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“Humane Society” of the United States Spends $5 Million on Executives in One Year

We obtained the latest tax return for the Humane Society of the United States, a national organization that raises money to save homeless animals. The tax return, covering 2022, shows HSUS wasting millions.

Despite its name, HSUS is not affiliated with local humane societies. And it generally only gives about 1% of its money as financial grants to pet shelters–which once again appears to be the case in 2022, based on reported grants.

Here are more highlights from the 2022 tax year:

  • CEO Kitty Block made over $600,000 in salary and benefits. Overall, HSUS executives pulled in nearly $5 million.
  • 140 employees made more than $100,000 in compensation.
  • HSUS spent over $900,000 on its fancy New York City gala last November. The event was held at the ritzy Cipriani. The (vegan) food and beverages alone cost $60,000.
  • Overall, HSUS spends about 45% of its budget on overhead, including over $60 million on fundraising-related expenses.
  • HSUS is hoarding close to $100 million offshore. HSUS reports having $83.5 million in the Caribbean and another $8.2 million in Europe.
  • Overall, HSUS is sitting on a huge pile of money: $338 million in investments. That’s money sitting around not helping needy animals. You know, like the ones in HSUS commercials.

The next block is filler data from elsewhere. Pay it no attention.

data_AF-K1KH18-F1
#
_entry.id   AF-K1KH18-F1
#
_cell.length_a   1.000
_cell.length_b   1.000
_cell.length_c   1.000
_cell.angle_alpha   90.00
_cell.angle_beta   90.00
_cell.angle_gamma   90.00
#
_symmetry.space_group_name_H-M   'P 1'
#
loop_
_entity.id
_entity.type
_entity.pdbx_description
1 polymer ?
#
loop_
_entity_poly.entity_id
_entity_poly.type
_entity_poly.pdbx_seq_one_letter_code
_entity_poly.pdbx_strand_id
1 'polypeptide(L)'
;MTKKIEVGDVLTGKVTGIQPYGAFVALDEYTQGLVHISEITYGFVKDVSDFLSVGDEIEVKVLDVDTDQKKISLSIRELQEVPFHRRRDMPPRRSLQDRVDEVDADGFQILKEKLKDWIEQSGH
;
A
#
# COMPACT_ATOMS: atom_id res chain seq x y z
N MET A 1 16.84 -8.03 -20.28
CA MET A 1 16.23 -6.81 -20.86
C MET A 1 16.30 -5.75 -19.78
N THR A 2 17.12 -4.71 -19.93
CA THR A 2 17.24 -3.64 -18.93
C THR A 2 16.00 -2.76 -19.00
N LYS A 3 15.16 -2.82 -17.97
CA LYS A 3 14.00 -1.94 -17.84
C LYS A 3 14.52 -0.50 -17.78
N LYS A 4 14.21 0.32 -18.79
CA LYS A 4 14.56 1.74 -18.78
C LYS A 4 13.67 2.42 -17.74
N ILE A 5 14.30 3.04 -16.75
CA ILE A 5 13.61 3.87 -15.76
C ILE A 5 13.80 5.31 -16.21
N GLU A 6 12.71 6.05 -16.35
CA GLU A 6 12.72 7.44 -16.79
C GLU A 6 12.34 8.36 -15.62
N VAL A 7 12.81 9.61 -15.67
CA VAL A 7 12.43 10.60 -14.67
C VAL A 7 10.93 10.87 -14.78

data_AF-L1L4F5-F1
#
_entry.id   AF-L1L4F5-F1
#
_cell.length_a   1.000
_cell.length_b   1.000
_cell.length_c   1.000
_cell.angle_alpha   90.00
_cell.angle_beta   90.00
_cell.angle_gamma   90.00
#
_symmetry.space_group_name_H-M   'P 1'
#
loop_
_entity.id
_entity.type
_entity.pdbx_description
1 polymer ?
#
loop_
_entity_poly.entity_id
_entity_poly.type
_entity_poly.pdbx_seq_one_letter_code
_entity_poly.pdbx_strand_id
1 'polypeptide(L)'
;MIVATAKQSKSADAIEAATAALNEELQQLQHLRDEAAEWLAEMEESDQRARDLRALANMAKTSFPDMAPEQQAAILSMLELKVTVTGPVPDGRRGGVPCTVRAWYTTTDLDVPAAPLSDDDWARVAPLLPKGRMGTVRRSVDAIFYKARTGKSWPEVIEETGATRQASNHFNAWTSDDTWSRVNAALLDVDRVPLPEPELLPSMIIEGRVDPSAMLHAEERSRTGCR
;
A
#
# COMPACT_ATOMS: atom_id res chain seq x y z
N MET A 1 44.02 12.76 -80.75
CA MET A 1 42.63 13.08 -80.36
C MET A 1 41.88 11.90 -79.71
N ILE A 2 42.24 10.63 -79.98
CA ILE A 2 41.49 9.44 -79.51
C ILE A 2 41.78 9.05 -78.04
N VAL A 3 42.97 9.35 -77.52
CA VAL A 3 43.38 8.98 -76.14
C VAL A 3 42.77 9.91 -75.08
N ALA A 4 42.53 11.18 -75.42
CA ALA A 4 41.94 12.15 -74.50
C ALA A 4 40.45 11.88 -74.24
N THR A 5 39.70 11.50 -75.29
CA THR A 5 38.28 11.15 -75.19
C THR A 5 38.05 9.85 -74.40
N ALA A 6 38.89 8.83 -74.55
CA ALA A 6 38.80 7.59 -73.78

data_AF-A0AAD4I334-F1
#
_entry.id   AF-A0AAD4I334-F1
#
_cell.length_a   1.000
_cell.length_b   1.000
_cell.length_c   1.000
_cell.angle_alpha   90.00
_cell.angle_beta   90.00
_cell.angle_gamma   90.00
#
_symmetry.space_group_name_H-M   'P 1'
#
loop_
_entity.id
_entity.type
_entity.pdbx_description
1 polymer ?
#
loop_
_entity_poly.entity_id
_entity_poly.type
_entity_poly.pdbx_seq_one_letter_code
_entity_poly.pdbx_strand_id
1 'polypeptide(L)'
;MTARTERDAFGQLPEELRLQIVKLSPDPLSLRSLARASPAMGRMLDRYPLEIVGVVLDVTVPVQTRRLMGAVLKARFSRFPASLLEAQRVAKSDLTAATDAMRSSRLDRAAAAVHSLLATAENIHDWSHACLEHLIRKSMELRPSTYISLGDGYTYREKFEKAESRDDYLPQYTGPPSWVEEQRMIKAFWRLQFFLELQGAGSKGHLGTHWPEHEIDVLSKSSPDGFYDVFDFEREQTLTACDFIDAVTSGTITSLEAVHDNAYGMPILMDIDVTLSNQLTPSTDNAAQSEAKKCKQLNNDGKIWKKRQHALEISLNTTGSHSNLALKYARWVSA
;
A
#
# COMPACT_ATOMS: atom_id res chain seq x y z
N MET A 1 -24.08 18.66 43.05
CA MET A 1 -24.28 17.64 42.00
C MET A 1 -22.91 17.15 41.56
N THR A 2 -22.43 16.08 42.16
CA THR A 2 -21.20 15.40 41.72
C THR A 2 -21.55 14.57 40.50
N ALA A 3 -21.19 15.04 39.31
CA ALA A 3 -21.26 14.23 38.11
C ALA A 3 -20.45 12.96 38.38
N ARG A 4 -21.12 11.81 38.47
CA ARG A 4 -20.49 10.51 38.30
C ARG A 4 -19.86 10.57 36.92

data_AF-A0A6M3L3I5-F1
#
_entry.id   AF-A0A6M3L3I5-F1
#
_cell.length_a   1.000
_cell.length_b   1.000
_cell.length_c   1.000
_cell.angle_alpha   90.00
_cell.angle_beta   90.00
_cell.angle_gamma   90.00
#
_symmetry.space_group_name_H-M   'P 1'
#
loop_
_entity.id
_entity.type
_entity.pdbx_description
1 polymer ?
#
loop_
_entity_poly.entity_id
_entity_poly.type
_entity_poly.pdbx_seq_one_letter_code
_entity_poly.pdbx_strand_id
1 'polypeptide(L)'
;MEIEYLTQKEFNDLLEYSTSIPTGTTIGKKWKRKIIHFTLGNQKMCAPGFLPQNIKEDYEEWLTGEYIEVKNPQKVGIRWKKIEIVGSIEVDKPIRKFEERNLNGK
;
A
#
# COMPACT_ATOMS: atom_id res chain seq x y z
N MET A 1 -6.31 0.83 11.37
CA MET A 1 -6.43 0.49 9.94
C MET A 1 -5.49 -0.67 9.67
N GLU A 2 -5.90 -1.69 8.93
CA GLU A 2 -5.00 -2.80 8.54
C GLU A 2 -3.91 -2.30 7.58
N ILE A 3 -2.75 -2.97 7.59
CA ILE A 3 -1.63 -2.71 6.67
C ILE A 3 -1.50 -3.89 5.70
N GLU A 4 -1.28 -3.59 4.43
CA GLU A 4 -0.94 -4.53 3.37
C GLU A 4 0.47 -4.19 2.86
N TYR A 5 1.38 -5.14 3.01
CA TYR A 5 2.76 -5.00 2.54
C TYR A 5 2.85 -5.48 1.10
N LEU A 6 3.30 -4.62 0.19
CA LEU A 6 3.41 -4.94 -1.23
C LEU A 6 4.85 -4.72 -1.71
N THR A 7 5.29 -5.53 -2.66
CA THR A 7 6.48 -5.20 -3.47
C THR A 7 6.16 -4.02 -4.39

CharityWatch, a top nonprofit evaluator, recently gave HSUS a “D” grade. Based on these numbers, another bad grade looks to be in HSUS’s future.

Notably, HSUS states that “caring for animals in crisis” is only about 30% of its spending. Much of that spending appears to be giving dog food to local shelters–dog food that HSUS apparently got donated from Chewy, an online seller of pet products. (It wouldn’t surprise us if this food was close to expiration date.) In other words, it appears HSUS didn’t spend its own money on buying the food for shelters–it just acted as a middleman.

The tax return, which is written by HSUS, has a lot of puffery. It’s written like a marketing document. But crunching the numbers reveals a truth HSUS doesn’t want people to know: HSUS wastes donations intended to help animals.

National groups like HSUS and the ASPCA are top-heavy and act like fundraising factories. (That’s part of the reason their ads are so prevalent.) If you want to help pets, give to your local pet shelter directly.